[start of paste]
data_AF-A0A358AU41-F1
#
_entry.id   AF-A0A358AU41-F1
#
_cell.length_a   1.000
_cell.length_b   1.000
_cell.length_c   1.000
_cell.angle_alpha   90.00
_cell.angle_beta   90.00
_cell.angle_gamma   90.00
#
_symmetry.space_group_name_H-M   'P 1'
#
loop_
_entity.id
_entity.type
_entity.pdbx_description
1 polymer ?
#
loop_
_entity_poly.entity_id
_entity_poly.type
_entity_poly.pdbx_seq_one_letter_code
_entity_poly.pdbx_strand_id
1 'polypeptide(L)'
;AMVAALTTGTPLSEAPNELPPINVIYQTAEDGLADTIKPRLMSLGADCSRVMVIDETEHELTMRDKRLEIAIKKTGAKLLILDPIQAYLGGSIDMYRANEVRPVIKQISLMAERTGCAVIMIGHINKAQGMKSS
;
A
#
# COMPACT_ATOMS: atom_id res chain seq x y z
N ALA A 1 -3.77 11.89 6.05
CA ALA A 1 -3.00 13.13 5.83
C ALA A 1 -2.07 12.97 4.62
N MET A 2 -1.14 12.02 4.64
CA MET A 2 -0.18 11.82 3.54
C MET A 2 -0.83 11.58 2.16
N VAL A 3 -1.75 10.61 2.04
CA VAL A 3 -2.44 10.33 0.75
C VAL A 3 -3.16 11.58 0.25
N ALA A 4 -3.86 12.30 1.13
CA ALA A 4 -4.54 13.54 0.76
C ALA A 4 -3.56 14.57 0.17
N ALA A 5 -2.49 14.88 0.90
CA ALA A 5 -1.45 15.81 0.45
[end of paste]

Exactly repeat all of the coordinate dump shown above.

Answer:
data_AF-A0A358AU41-F1
#
_entry.id   AF-A0A358AU41-F1
#
_cell.length_a   1.000
_cell.length_b   1.000
_cell.length_c   1.000
_cell.angle_alpha   90.00
_cell.angle_beta   90.00
_cell.angle_gamma   90.00
#
_symmetry.space_group_name_H-M   'P 1'
#
loop_
_entity.id
_entity.type
_entity.pdbx_description
1 polymer ?
#
loop_
_entity_poly.entity_id
_entity_poly.type
_entity_poly.pdbx_seq_one_letter_code
_entity_poly.pdbx_strand_id
1 'polypeptide(L)'
;AMVAALTTGTPLSEAPNELPPINVIYQTAEDGLADTIKPRLMSLGADCSRVMVIDETEHELTMRDKRLEIAIKKTGAKLLILDPIQAYLGGSIDMYRANEVRPVIKQISLMAERTGCAVIMIGHINKAQGMKSS
;
A
#
# COMPACT_ATOMS: atom_id res chain seq x y z
N ALA A 1 -3.77 11.89 6.05
CA ALA A 1 -3.00 13.13 5.83
C ALA A 1 -2.07 12.97 4.62
N MET A 2 -1.14 12.02 4.64
CA MET A 2 -0.18 11.82 3.54
C MET A 2 -0.83 11.58 2.16
N VAL A 3 -1.75 10.61 2.04
CA VAL A 3 -2.44 10.33 0.75
C VAL A 3 -3.16 11.58 0.25
N ALA A 4 -3.86 12.30 1.13
CA ALA A 4 -4.54 13.54 0.76
C ALA A 4 -3.56 14.57 0.17
N ALA A 5 -2.49 14.88 0.90
CA ALA A 5 -1.45 15.81 0.45